Struck-by hazards led to 93 construction worker deaths in 2016. By identifying these hazards, and understanding how they happen, we can take steps to protect ourselves.

According to OSHA, Struck-by Hazards are defined as injuries produced by forcible
contact or impact between the injured person and an object or piece of equipment.

Types of Situations and What to Be Aware Of

Flying / Falling Objects

  • Flying object hazards include
    instances when a piece of material
    separates from a tool, machine, or
    other equipment.
  • Falling objects from an elevation to a
    lower level, include instances where
    the injured person is crushed, pinned,
    or caught under a falling object, other
    than collapsing material or structures.

Swinging Objects

  • When materials are mechanically lifted,
    they have potential to swing, twist, or
    turn. This movement can catch workers
    by surprise and they could be hit by the
    swinging load.
  • Windy conditions are especially
    hazardous because the load will swing
    more. In addition to swinging, loads can
    slip from their riggings and strike workers.

Rolling Objects

  • An object which is rolling, moving, or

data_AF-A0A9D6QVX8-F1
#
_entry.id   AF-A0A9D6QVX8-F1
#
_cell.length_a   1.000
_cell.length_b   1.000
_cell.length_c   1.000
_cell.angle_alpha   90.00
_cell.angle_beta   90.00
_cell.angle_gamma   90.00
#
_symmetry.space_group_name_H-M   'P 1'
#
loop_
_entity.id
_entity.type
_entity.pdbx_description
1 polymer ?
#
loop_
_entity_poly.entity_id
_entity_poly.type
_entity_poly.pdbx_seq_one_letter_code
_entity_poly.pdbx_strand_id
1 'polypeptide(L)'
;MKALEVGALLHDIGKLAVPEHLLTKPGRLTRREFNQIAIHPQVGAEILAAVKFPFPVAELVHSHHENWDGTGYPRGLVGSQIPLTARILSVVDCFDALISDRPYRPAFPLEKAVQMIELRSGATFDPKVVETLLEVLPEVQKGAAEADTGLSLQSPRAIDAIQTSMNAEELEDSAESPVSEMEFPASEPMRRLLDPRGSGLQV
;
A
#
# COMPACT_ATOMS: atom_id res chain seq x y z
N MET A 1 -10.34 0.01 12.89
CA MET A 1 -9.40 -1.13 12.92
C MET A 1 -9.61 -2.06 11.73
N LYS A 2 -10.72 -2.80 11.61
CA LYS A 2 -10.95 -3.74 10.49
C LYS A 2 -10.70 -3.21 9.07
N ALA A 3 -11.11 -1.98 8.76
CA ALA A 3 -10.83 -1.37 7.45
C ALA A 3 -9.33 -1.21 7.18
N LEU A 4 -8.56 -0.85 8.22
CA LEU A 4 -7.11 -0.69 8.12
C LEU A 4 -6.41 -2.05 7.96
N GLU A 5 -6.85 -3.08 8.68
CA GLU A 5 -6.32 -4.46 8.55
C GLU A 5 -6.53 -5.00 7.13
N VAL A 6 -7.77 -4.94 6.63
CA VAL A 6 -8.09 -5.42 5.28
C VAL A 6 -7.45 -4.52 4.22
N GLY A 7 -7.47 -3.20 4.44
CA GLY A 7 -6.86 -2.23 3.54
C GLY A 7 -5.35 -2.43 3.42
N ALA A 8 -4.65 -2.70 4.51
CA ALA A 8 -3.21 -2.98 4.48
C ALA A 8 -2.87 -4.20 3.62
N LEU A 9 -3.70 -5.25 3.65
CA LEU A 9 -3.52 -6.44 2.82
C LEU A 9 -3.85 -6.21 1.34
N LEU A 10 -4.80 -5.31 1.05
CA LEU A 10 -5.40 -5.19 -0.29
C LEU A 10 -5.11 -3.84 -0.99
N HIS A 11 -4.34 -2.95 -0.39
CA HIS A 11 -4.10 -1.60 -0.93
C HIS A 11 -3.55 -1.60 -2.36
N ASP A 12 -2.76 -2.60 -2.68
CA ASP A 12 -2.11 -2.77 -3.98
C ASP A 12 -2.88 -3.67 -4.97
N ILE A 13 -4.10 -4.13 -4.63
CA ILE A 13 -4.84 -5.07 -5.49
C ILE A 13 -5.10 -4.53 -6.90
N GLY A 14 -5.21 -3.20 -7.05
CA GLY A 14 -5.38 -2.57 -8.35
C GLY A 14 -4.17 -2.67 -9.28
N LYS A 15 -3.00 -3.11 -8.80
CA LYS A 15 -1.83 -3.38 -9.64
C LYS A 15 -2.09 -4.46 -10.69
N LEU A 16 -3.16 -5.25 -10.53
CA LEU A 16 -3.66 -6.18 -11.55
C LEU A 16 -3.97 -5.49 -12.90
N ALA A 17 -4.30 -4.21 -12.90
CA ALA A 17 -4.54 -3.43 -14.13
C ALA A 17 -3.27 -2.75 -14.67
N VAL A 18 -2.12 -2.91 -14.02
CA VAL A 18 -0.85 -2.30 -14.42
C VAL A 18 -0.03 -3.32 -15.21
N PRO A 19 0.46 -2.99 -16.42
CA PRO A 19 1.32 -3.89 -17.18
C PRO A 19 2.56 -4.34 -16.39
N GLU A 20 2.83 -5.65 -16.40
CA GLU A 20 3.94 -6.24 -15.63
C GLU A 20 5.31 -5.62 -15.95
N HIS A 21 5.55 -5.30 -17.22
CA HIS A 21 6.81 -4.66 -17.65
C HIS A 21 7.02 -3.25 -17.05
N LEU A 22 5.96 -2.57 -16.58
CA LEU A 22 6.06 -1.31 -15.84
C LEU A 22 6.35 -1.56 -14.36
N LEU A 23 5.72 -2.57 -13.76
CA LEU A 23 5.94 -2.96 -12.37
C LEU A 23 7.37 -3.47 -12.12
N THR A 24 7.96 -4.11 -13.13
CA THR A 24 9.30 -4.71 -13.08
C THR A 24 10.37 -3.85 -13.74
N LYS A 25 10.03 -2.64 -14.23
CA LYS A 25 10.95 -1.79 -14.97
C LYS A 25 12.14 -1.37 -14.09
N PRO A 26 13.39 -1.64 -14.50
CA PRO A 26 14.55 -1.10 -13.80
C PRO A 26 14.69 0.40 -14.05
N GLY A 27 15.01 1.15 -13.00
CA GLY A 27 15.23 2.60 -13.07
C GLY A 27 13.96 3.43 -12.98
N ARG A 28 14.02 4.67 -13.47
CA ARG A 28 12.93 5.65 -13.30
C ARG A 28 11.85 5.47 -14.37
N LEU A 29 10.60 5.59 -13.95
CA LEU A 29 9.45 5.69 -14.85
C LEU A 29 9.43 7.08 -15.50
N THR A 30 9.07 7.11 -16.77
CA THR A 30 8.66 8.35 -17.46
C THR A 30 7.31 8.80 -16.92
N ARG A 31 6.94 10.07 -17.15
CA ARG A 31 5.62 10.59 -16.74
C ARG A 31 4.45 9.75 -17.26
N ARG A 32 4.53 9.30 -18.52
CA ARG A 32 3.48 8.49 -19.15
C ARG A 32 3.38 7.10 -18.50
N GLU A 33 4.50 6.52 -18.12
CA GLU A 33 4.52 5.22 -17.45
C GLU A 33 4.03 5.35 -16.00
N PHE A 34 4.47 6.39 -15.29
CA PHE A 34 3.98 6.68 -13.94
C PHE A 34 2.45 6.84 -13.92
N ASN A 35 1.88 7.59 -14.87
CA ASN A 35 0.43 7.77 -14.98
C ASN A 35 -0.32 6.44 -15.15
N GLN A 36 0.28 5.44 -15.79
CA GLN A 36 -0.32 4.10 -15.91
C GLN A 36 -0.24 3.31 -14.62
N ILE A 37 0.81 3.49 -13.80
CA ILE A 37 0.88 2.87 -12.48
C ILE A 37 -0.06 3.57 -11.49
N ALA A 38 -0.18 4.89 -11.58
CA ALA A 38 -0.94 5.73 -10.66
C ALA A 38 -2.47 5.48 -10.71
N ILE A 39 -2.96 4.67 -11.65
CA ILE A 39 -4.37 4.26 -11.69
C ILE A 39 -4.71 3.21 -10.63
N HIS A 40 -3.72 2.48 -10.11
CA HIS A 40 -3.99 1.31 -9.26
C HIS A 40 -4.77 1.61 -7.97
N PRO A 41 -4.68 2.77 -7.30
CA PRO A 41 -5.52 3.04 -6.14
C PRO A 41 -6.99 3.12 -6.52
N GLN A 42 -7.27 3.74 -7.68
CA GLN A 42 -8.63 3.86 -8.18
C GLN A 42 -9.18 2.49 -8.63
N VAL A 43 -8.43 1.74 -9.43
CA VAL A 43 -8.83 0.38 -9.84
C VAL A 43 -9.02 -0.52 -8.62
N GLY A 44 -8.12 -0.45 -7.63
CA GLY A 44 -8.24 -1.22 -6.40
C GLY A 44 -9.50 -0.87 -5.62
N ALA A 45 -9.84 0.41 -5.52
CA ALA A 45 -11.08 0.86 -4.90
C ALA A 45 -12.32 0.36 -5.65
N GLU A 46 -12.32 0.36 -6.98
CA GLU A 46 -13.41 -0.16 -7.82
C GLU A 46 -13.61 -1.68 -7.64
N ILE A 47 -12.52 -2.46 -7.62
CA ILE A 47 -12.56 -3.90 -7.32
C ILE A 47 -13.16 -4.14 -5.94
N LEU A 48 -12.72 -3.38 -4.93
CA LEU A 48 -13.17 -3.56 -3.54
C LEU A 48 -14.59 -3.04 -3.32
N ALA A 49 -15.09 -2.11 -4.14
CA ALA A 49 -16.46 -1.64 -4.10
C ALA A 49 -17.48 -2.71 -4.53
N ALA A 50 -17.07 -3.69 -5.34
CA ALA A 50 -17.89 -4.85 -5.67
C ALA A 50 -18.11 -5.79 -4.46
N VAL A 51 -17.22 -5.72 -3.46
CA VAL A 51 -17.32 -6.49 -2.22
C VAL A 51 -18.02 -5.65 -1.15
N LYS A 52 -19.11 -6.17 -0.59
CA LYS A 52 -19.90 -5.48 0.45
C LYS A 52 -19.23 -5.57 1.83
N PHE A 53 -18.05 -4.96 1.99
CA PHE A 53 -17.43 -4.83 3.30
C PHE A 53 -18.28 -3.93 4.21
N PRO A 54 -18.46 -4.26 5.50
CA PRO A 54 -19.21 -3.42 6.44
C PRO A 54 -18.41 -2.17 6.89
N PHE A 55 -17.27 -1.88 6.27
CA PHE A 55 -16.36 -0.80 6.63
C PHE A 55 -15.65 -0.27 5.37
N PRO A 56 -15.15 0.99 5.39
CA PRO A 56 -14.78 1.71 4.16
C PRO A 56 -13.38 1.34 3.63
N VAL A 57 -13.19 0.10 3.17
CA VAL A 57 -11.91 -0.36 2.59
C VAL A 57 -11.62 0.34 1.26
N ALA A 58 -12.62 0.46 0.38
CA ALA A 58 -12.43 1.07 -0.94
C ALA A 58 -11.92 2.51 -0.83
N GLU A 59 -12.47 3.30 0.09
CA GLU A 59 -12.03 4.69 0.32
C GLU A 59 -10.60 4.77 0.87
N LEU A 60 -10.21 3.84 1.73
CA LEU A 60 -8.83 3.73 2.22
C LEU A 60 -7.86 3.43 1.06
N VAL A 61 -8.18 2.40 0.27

sliding on the same level at which the
    worker is located poses a great risk.
  • This includes being struck or run over
    by a moving vehicle without being
    caught under it, or instances in which
    the worker is struck-by a sliding object
    or equipment on the same level.

How to protect yourself:

  • Use the proper PPE.
  • Ensure tools are in proper working order, with
    no loose attachments.
  • Only use machinery that is properly guarded.
  • Make sure that powder actuated fastener tools
    have proper backing.
  • Set up barriers to deflect flying particles.
  • Never use compressed air to clean or blow
  • Use toe boards to prevent items from dropping
    on workers below.

What is Your Employer’s Responsibility?

  • Assess hazards that would affect the safe operation of hoisting equipment
    such as, power lines, ground firmness and levelness. Remove personnel
    that would be within the swing radius of items being hoisted.
  • Erect barriers to mark the danger zone of a rotating equipment.
  • Ensure that the equipment is in safe operating condition.
  • Comply with all manufacturer procedures regarding equipment use, and
  • Ensure loads are properly rigged by a qualified rigger.
  • Ensure all equipment with obstructed view does not operate in reverse
    gear unless the equipment has a reverse signal alarm or a worker has
    been designated to signal when it is safe.

For more information and training on how to prevent the Focus Four Hazards, please visit:

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